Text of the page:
Having a simple will can prevent a number of problems in the future, including custody issues, providing gifts to non-children and generally ensuring your wishes are carried out after you’re gone. Though the costs to meet with a lawyer and prepare a will can range depending on your needs, a simple will doesn’t have to be expensive. Knowing what sort of legal documentation you need and how much it costs to prepare with an attorney is important before you decide to proceed.
What is a Simple Will?
A simple will, just as it sounds, is less complex than others. It permits you to name your beneficiaries, determine how your property is split among your surviving heirs and designate a guardian for your children. It may be the right choice for you if you are under the age of 50, have no children from previous marriages, don’t expect anyone to contest the will or have few assets. In some instances, you may be able to write this sort of will yourself. Note that a simple will does not avoid probate, defined as the process of officially proving the validity of a will and distributing assets to pay off debt. There are fees associated with probate, which some estimate to average $2,000.
A complex will, on the other hand, requires the expertise of an attorney. A complex will may be right for you if you own a business, have a previous spouse, wish to create a joint will or if you’d like to set up a trust.
Average Cost of a Simple Will
The average cost of a living will that doesn’t include factors like a trust or deal with federal estate taxes is about $375 when prepared by an attorney. More complicated documents may be over $1,000. If you decide to prepare a will yourself using a legal website, you should expect to spend more along the lines of $100. As such, the cost of a will in Florida may vary significantly depending on your personal circumstances and the preparation method you decide to take.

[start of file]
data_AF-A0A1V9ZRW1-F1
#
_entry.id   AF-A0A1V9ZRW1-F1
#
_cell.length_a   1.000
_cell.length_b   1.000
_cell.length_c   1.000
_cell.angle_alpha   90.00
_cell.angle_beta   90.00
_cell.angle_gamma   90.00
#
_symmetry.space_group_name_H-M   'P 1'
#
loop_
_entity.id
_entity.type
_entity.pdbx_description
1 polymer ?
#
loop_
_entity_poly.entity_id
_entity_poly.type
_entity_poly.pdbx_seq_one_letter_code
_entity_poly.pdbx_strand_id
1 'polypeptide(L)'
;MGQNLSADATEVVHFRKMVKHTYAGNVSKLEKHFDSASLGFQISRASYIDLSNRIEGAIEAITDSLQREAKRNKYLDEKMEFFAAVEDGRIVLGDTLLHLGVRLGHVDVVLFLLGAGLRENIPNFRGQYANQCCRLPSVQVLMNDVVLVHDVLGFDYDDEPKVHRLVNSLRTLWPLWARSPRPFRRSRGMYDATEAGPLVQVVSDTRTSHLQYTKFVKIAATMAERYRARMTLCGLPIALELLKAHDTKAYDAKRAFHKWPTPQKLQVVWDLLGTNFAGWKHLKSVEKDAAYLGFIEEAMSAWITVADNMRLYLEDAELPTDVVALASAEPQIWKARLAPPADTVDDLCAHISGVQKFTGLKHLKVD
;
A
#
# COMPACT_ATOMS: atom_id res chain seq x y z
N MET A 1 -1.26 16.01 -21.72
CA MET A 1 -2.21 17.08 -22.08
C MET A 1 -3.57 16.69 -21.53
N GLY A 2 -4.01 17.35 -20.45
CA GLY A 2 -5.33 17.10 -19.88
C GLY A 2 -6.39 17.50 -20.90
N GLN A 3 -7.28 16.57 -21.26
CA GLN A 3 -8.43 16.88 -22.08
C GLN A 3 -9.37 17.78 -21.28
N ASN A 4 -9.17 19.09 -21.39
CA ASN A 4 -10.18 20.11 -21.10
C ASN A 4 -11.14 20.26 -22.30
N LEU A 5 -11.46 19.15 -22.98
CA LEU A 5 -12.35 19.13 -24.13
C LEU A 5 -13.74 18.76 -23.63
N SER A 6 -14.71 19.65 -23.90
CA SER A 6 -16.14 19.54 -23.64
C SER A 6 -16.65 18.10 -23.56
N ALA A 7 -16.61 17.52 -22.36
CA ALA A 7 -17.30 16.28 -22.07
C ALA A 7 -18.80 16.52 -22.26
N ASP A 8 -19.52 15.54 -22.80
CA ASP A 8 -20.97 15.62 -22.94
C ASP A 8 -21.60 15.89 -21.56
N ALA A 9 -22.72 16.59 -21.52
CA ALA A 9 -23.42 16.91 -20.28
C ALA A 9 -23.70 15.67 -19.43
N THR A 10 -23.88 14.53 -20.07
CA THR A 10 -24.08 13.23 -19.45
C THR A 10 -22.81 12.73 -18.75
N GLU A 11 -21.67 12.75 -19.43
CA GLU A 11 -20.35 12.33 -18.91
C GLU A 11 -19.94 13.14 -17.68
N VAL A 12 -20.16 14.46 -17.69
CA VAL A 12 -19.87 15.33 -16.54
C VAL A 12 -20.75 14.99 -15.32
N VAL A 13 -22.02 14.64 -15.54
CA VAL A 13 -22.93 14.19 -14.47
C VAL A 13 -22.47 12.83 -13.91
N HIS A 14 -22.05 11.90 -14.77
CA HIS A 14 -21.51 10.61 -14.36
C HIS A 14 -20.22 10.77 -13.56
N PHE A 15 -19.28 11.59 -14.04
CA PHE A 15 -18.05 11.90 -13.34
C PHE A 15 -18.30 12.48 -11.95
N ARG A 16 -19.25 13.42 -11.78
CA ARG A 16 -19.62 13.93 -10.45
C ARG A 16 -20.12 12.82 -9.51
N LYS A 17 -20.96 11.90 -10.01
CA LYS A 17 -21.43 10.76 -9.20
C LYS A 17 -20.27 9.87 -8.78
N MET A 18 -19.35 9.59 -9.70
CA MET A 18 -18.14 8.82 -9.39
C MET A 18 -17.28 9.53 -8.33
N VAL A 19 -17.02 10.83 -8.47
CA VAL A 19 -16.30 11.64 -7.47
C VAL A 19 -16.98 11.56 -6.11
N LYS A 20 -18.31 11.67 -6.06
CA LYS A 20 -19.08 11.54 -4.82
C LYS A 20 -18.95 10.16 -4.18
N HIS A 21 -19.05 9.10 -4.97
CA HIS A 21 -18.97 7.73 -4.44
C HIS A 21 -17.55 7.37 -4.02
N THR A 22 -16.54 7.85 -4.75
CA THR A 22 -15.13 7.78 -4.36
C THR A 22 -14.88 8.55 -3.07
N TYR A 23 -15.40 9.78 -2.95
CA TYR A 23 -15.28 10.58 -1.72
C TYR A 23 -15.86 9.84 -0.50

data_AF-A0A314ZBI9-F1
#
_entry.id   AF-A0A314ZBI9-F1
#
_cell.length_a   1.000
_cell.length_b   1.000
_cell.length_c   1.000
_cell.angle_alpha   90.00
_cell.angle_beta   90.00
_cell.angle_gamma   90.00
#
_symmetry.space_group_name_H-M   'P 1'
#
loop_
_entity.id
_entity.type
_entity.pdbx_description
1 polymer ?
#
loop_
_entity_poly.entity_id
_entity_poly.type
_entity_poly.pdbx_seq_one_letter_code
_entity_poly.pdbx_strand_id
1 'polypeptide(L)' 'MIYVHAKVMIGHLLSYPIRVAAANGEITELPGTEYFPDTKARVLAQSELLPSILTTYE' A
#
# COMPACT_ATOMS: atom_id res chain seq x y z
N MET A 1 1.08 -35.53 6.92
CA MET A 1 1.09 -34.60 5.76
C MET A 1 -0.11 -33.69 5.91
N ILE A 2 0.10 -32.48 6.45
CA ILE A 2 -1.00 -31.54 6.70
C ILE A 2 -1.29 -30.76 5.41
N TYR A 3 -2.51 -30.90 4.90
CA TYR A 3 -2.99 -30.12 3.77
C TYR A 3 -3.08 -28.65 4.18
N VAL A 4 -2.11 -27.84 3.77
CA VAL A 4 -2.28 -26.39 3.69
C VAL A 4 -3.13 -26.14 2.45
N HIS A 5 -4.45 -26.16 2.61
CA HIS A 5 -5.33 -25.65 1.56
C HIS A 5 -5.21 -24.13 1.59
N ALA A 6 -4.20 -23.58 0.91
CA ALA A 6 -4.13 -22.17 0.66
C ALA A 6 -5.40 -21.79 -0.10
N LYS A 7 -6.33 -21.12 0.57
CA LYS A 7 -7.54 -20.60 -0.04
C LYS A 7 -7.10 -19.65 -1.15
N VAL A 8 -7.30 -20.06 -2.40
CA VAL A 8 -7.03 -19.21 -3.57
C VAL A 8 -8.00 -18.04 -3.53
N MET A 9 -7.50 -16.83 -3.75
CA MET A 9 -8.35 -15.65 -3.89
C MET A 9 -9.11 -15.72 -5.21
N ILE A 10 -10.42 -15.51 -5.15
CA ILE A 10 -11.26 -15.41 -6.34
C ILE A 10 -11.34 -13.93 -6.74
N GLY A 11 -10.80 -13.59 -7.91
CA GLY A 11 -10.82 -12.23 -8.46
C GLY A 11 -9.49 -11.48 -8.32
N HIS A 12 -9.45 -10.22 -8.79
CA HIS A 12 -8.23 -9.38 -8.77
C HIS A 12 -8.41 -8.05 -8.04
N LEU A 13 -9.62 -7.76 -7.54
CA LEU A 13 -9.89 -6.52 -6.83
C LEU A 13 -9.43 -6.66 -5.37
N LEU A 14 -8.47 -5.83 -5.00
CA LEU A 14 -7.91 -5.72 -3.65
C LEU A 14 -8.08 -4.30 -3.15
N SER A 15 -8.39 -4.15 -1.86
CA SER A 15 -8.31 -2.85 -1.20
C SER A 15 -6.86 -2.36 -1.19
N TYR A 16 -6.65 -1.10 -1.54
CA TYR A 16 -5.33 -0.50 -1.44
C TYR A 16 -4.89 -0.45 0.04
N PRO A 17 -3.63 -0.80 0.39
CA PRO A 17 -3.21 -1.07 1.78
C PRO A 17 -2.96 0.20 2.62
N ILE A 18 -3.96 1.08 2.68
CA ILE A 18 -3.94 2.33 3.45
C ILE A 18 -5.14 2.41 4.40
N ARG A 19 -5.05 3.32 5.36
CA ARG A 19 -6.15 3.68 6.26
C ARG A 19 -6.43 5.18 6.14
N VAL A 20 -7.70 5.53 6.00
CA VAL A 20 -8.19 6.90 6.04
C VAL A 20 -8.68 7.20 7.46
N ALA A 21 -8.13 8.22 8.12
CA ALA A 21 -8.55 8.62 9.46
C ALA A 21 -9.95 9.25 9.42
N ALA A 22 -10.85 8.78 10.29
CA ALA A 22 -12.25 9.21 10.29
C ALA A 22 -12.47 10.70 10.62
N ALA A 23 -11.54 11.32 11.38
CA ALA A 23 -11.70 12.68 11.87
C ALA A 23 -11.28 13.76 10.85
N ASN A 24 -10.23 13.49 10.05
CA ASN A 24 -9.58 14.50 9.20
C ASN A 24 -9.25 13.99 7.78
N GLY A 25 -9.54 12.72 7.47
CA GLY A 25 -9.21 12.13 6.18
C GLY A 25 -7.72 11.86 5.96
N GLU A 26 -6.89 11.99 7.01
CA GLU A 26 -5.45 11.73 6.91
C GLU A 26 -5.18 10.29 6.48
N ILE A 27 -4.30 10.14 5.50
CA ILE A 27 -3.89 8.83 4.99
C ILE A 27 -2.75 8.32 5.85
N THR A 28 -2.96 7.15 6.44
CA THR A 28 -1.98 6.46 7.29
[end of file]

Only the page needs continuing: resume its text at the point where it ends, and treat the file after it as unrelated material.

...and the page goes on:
Read More: The Average Cost of Making a Will
Is a Handwritten Will Legal in Florida?
In the state of Florida, a will that is handwritten and signed by the testator (the person whose will it is) but not by any witnesses is not valid. This sort of document is known as a holographic will, and Florida does not recognize these. However, a handwritten will that is signed and witnessed is considered an attested will, and is valid under Florida’s laws. Oral wills are also not valid in Florida.
The average cost of a living will that doesn’t include factors like a trust or deal with federal estate taxes is about $375 when prepared by an attorney.
Danielle Smyth is a writer and content marketer from upstate New York. She holds a Master of Science in Publishing from Pace University. Her experience includes years of work in the insurance, workers compensation, disability, and background investigation fields. In addition to being the content writer and social media manager for Alliance Worldwide Investigative Group, she has written on legal topics for a number of other clients. She owns her own content marketing agency, Wordsmyth Creative Content Marketing (www.wordsmythcontent.com) and enjoys writing legal articles and blogs for clients in related industries.